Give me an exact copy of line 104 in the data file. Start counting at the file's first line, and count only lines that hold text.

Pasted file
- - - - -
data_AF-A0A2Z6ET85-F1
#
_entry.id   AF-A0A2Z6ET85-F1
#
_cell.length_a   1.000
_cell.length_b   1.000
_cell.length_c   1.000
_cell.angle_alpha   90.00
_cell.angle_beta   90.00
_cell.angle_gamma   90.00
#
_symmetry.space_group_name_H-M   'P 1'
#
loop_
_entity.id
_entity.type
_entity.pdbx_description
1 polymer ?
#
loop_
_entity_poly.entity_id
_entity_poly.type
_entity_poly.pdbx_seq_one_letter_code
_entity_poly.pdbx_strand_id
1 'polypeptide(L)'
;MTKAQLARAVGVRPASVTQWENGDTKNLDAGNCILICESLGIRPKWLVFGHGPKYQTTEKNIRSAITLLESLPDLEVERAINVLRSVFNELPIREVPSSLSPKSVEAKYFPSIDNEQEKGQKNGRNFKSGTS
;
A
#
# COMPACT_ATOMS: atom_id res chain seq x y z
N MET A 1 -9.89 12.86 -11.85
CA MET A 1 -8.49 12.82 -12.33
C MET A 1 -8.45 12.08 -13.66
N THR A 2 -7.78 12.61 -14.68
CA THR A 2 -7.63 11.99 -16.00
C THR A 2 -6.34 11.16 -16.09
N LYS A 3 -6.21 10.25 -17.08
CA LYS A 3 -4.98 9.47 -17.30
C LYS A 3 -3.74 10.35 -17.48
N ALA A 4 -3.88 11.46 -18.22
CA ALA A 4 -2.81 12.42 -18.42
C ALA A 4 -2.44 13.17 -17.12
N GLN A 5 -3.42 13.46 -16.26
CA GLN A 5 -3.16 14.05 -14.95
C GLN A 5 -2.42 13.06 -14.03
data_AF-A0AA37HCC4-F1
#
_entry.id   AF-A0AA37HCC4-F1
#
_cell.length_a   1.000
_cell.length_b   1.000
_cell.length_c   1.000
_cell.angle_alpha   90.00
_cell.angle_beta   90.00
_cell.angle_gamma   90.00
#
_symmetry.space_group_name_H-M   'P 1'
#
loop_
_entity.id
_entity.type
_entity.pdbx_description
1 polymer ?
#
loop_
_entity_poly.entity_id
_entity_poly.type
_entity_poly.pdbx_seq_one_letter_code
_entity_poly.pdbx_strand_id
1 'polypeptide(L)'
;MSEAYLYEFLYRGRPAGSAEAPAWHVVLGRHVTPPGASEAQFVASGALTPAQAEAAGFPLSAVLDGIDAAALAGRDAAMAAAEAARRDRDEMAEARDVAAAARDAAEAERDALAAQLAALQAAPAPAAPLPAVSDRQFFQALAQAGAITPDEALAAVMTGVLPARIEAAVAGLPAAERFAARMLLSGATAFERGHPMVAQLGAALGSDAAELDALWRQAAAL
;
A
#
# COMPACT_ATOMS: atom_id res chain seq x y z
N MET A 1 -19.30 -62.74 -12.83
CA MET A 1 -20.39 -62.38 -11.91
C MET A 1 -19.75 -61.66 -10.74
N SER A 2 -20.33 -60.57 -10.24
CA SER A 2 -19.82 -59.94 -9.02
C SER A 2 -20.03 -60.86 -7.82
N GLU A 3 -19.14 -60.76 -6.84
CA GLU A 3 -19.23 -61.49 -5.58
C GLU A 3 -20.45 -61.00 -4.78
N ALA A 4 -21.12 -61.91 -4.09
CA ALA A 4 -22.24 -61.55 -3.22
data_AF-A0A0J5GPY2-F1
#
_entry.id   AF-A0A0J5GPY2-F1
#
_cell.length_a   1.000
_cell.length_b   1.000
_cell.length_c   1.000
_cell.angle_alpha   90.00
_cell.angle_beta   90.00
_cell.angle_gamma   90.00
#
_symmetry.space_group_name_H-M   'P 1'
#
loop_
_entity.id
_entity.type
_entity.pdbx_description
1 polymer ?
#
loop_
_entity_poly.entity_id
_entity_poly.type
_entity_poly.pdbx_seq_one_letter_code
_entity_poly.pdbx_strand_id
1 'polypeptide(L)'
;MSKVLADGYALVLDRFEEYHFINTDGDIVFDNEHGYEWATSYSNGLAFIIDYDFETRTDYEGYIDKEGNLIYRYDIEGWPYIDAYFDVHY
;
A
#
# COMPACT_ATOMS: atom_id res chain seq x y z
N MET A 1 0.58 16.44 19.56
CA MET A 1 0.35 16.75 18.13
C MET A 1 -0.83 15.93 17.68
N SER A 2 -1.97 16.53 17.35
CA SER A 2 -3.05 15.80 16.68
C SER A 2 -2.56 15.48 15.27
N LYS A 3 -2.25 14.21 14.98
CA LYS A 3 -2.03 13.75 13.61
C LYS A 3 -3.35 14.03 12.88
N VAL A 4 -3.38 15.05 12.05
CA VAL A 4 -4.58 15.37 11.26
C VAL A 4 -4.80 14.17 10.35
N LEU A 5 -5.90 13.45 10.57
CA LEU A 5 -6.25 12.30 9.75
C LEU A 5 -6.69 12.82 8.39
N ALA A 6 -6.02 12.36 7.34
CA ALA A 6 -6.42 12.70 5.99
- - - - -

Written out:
1 polymer ?